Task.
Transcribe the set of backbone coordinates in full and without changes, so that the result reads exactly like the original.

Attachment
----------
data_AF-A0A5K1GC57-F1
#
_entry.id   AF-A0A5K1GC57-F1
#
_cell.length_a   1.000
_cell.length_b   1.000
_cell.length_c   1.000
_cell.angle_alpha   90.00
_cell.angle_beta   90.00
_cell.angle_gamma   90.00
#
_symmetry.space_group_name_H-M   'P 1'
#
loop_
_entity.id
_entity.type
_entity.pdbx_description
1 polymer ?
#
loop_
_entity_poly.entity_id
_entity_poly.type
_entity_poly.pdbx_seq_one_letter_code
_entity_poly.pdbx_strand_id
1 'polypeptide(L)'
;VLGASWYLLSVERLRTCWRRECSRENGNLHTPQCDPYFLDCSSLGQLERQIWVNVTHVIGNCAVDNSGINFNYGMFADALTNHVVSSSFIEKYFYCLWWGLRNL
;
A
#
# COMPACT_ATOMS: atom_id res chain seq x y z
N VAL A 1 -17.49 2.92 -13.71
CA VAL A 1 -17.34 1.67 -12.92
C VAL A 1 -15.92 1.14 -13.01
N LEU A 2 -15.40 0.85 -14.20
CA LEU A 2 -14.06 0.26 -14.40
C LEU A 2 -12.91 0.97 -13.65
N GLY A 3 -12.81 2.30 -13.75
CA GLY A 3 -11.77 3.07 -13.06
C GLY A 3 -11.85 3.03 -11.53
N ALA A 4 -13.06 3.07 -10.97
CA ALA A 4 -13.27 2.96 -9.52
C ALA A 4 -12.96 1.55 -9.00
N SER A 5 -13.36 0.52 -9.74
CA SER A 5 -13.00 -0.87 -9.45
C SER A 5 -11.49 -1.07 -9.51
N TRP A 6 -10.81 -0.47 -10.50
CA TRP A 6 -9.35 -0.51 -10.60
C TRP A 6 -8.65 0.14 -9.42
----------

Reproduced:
data_AF-A0A5K1GC57-F1
#
_entry.id   AF-A0A5K1GC57-F1
#
_cell.length_a   1.000
_cell.length_b   1.000
_cell.length_c   1.000
_cell.angle_alpha   90.00
_cell.angle_beta   90.00
_cell.angle_gamma   90.00
#
_symmetry.space_group_name_H-M   'P 1'
#
loop_
_entity.id
_entity.type
_entity.pdbx_description
1 polymer ?
#
loop_
_entity_poly.entity_id
_entity_poly.type
_entity_poly.pdbx_seq_one_letter_code
_entity_poly.pdbx_strand_id
1 'polypeptide(L)'
;VLGASWYLLSVERLRTCWRRECSRENGNLHTPQCDPYFLDCSSLGQLERQIWVNVTHVIGNCAVDNSGINFNYGMFADALTNHVVSSSFIEKYFYCLWWGLRNL
;
A
#
# COMPACT_ATOMS: atom_id res chain seq x y z
N VAL A 1 -17.49 2.92 -13.71
CA VAL A 1 -17.34 1.67 -12.92
C VAL A 1 -15.92 1.14 -13.01
N LEU A 2 -15.40 0.85 -14.20
CA LEU A 2 -14.06 0.26 -14.40
C LEU A 2 -12.91 0.97 -13.65
N GLY A 3 -12.81 2.30 -13.75
CA GLY A 3 -11.77 3.07 -13.06
C GLY A 3 -11.85 3.03 -11.53
N ALA A 4 -13.06 3.07 -10.97
CA ALA A 4 -13.27 2.96 -9.52
C ALA A 4 -12.96 1.55 -9.00
N SER A 5 -13.36 0.52 -9.74
CA SER A 5 -13.00 -0.87 -9.45
C SER A 5 -11.49 -1.07 -9.51
N TRP A 6 -10.81 -0.47 -10.50
CA TRP A 6 -9.35 -0.51 -10.60
C TRP A 6 -8.65 0.14 -9.42